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Robin Good's insight:
Many content curation startups, and many of the people using curation tools will probably not like what I have written in this article, but I have a hard time behaving as if I couldn't see a cardboard façade that's been sold for a real destination.
Content Curation has been hijacked and has been sold as a cheap and easy solution for content marketers plagued by the growing problem of getting greater attention from their readers and therefore of how to produce more quality content within tighter and tighter time constraints.
Worse yet, if you confront content marketers with the idea that what they are encouraging people to do, does in fact create more "noise" and confusion than we already have, content marketers will counter with statistical data demonstrating that this "curation strategy" does indeed pay off and also within relative short times.
What these people miss to see is that you can't really fake what makes a great curator great. You can pick and post lots of stuff, you can share and report to all the channels you want, but the ability and patience to truly vet, verify, unearth and illustrate why something is of value, is just another thing. And anyone who has eyes and time to check, can easily see that.
Once the early curation fad is gone, and once there are millions more people reposting stuff they haven't even read, those who will have patiently spent this time to truly gather, vet, collect, organize, contextualize and illustrate unique documents, information and resources, will instantly become the go-to reference points in their information niche.
Morale of the story: You can reach the top on mountain Everest step by step as much as someone else can get there by helicopter. Both of you see the same view and stand on the same ground, apparently, but what you can bring back and share with others is immensely greater than what the other guy can.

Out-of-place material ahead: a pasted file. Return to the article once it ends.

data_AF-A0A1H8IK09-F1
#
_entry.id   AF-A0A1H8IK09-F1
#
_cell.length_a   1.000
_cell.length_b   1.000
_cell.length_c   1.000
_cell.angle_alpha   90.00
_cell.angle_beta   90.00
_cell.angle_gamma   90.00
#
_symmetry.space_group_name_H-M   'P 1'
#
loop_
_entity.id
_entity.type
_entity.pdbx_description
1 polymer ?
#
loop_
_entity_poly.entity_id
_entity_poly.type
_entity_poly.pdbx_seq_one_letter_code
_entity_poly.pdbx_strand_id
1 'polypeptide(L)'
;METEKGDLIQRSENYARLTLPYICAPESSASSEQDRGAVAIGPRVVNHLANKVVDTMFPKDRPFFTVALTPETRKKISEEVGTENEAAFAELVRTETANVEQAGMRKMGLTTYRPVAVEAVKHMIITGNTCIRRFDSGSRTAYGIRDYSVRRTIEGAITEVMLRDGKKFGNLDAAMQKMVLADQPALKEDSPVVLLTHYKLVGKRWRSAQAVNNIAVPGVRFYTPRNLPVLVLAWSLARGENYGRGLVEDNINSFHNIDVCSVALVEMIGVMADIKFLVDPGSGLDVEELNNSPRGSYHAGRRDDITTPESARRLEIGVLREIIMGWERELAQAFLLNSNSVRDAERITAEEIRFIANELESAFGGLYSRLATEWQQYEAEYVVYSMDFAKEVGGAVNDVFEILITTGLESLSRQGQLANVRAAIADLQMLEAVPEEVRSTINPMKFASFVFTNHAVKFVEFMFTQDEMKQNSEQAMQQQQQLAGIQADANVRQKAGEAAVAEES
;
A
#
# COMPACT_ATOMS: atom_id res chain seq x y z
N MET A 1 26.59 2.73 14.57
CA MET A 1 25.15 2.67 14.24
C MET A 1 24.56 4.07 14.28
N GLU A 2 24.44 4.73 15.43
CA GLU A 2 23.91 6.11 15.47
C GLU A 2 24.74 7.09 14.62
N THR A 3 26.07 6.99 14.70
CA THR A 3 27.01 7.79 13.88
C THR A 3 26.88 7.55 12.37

Content curation startups and content marketers promoting the use of content curation should highlight, model and exemplify what true, value-adding curation is and guide their adopters to create more value rather than more, shortly lived, noise.
Content marketing can only benefit from content curation, once it realizes that curation is not a technique that can be adopted or an add-on. Content curation requires a true interest on the part of the curator to uncover, highlight and contextualize high value resources that would otherwise go unnoticed or unappreciated. Otherwise he is wasting not only his time and ours, but also diluting, often forever, his reputation as a trustable source.
Reading time: 8'
Suggested readings: Content Curation Guide
Robin Good: This is a one-hour recording of a webinar, where Jane Hart interviews David Kelly on curation.
I am reporting about it, because Jane's has lot of visibility and a good reputation, but while there is a lot of good, basic, introductory information about curation in this interview, some of the critical information contained in it, is at best incorrect if not altogether misleading to those seeking to understand the actual differences between the different curation tools presented.
The "expert" guest is David Kelly, a workplace learning enthusiast writing his own blog and sharing interesting info on his Twitter channel. His specialty, is actually collecting and sharing relevant links emerging in the backchannels of key conferences.
While he does a good job of introducing what is curation (tapping fully into Rohit Barghava model but never acknowledging/ or referencing it), the different types of approaches that can be used, and dismantling the myth of "personal curation", he insists on a few of points that, in my humble view, are in need of review.
1) Know your data sources (not just one though).
Mr Kelly insists that one of the top skills a curator needs to have, is the ability to manage and skillfully use your key data source (in his case Twitter). True. But in reality, any good curator needs to be able to tap and be able to find and retrieve relevant information coming from anywhere. Limiting your source to Twitter, YouTube, or Facebook may actually be very limiting if your goal is to not to curate a "technology platform output", but what people are saying on a specific topic, no matter where they say it.
b) Everybody can be a curator. By clicking the "Share" button on Facebook makes anyone a curator as much as saving a file in Photoshop makes you a digital artist. No specific competence needed. As long as the stuff is cool and interesting.
c) Tools. Mr Kelly claims that while Storify, helps you to manually curate stories by picking and selecting individual pieces of information coming from different sources, tools such as Paper.li and Scoop.it do not provide such ability, as they automatically generate a news-magazine based on criteria you have provided.
While this is mostly true for Paper.li, it is definitely not true for Scoop.it, a tool that has no automatic publishing feature (like paper.li does) and which requires manual intervention from the user to select, edit and post whichever content items are most relevant to their audience needs.